FALL RIVER — Portuguese Graphic Designer and Illustrator Bráulio Amado says he gets bored easily, so he is always looking for new inspiration in his designs.

As part of the FABRIC Arts Festival, the New York-based artist is creating a mural — his first — in Fall River based on his interaction with art students in the Youth Experiencing Arts and Hope (YEAH) program.

During a workshop at the NarrowsCenter for the Arts on Wednesday, he challenged art students to answer questions about Fall River without using words, relying on drawings, photos and things of that sort. He then used them to create a collage, which became the foundation for the mural located at 365 South Main Street.

“The mural combines all those answers into a big piece,” he told O Jornal on Friday. “It was very helpful to do the workshop with the students because they have this connection to Fall River.”

Born in Almada, Amado moved to New York 10 years ago, where he worked as a designer for Pentagram and art director for Bloomberg Businessweek. He then joined Wieden+Kennedy. His illustrations have been published by the New York Times and other major newspapers and he has designed covers for various magazines.

In 2017, he started his own studio. He co-runs SSHH, a mutant art space, classroom and store in the East Village of New York City since last year.

Amado said that he sees a “lot of potential” here in Fall River.

“It’s an interesting city with all this architecture and buildings,” he said, noting that it’s nice to see that the Portuguese and Portuguese culture have such a big presence here.

On Friday afternoon, Amado was painting the mural alongside two of the YEAH art students who contributed with ideas for the mural.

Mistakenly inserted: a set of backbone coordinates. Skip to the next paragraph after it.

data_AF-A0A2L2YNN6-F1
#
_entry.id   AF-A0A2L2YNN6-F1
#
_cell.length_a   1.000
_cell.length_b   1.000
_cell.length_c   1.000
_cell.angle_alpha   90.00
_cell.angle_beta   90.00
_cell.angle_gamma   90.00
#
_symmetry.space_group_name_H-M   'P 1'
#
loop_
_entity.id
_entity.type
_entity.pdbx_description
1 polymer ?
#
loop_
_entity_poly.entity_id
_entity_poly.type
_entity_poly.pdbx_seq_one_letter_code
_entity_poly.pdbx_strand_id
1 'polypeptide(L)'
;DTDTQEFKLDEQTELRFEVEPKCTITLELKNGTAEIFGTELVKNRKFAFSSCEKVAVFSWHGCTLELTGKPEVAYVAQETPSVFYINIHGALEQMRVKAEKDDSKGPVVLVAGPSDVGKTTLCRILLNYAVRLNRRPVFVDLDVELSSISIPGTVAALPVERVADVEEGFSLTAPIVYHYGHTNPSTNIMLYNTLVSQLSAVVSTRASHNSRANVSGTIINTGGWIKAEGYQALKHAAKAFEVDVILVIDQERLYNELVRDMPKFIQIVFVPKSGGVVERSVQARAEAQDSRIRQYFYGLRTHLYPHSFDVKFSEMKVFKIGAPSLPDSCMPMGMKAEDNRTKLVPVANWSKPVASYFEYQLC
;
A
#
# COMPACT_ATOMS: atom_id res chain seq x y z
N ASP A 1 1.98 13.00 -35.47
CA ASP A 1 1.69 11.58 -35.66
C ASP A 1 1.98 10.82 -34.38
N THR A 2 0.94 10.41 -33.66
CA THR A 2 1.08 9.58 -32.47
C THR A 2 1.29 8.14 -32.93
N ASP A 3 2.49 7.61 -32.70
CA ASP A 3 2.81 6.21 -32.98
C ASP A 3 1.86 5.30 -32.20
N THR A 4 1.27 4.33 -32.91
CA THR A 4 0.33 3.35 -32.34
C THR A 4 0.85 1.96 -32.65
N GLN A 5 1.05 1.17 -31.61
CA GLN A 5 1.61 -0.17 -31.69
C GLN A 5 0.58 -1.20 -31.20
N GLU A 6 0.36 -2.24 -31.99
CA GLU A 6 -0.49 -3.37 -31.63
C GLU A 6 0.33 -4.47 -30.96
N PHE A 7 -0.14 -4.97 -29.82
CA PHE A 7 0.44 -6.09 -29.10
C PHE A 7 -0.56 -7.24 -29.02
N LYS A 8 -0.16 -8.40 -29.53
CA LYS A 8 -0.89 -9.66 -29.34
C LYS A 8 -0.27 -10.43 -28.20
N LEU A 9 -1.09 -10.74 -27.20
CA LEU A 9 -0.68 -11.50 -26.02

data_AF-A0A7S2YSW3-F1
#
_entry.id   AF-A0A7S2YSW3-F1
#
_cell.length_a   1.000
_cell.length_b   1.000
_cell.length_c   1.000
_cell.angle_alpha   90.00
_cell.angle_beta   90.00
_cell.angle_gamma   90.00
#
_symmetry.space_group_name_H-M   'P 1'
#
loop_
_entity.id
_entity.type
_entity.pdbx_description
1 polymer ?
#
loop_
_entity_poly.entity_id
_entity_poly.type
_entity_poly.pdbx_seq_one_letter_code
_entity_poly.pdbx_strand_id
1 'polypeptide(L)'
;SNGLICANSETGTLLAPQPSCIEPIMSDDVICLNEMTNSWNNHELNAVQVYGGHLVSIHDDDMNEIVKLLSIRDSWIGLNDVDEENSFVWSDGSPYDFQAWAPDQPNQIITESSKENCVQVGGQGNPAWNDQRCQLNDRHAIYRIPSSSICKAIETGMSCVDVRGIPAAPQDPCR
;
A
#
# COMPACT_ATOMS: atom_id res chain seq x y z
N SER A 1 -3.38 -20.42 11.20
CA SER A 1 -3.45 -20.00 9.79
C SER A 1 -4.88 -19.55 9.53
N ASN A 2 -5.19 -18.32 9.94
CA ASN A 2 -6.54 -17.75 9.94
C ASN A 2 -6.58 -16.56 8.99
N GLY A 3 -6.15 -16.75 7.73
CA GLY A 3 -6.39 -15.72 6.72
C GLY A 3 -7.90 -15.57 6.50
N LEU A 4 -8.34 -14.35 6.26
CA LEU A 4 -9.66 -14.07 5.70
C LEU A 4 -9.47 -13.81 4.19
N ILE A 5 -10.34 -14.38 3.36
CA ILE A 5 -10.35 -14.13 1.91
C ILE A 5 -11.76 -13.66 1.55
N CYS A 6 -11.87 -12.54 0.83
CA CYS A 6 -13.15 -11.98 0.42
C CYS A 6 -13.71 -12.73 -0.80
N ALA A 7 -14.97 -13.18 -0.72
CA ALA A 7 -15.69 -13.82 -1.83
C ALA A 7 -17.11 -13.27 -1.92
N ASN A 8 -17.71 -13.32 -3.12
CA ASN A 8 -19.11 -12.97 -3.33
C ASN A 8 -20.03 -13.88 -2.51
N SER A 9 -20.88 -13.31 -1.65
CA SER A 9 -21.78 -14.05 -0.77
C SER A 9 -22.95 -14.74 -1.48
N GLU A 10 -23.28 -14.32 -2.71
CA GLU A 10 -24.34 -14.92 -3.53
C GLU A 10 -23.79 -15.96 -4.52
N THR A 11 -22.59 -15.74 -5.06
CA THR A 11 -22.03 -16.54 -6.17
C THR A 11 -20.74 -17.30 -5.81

Isaiah Reins, who likes to draw and paint on canvas, said he was happy to have this opportunity.

“I love it,” Reins said. “It will be nice to walk down the street and know that I had a part in doing this. It’s an opportunity to do what I love.”

Trista Gomes, who also takes part in the YEAH program, said this whole experience is “a blessing.”

“I am not used to be part of arts projects with real artists,” said Gomes, who has a special interest for digital art, animation and watercolors. “This is a great opportunity and experience, as I never painted on walls.”

Although he is not usually a fan of abstract art, Reins said that he actually loves this mural.

“It’s vibrant and I like its shapes and bright colors,” he said. “It’s not too complicated; it’s a simplicity that works. And I like the idea that there are messages behind it.”

Amado said he is thinking of publishing the story behind the mural and how it came to be with the help of the students. Nick Schiarizzi, co-owner of EastVillage arts space SSHH and Massachusetts native, and local graphic designer Joseph Faria and painter Kyle Furtado also lent a helping hand to paint the mural.

FABRIC Arts Festival is being organized by Casa dos Açores da Nova Inglaterra, with the curatorship of Jesse James, Sofia Carolina Botelho and António Pedro Lopes. For a complete schedule of events, visit fabricfallriver.com